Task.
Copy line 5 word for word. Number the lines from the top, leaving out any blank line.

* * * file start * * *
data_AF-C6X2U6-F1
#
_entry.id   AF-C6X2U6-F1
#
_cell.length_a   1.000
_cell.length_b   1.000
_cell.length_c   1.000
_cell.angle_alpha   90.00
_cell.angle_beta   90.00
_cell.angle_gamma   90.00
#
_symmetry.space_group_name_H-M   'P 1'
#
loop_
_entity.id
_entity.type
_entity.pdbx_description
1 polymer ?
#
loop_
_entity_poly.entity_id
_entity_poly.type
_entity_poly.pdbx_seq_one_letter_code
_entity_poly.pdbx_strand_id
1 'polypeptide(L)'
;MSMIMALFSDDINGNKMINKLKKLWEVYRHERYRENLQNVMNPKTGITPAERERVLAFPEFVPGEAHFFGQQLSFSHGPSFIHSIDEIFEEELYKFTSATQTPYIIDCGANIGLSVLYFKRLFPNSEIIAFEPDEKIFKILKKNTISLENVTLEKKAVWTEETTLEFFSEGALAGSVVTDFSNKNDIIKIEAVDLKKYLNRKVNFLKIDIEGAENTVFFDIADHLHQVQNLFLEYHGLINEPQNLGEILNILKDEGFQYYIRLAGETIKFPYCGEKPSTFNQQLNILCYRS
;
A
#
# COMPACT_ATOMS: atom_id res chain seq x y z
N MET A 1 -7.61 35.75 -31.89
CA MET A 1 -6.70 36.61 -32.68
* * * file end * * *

_cell.length_a   1.000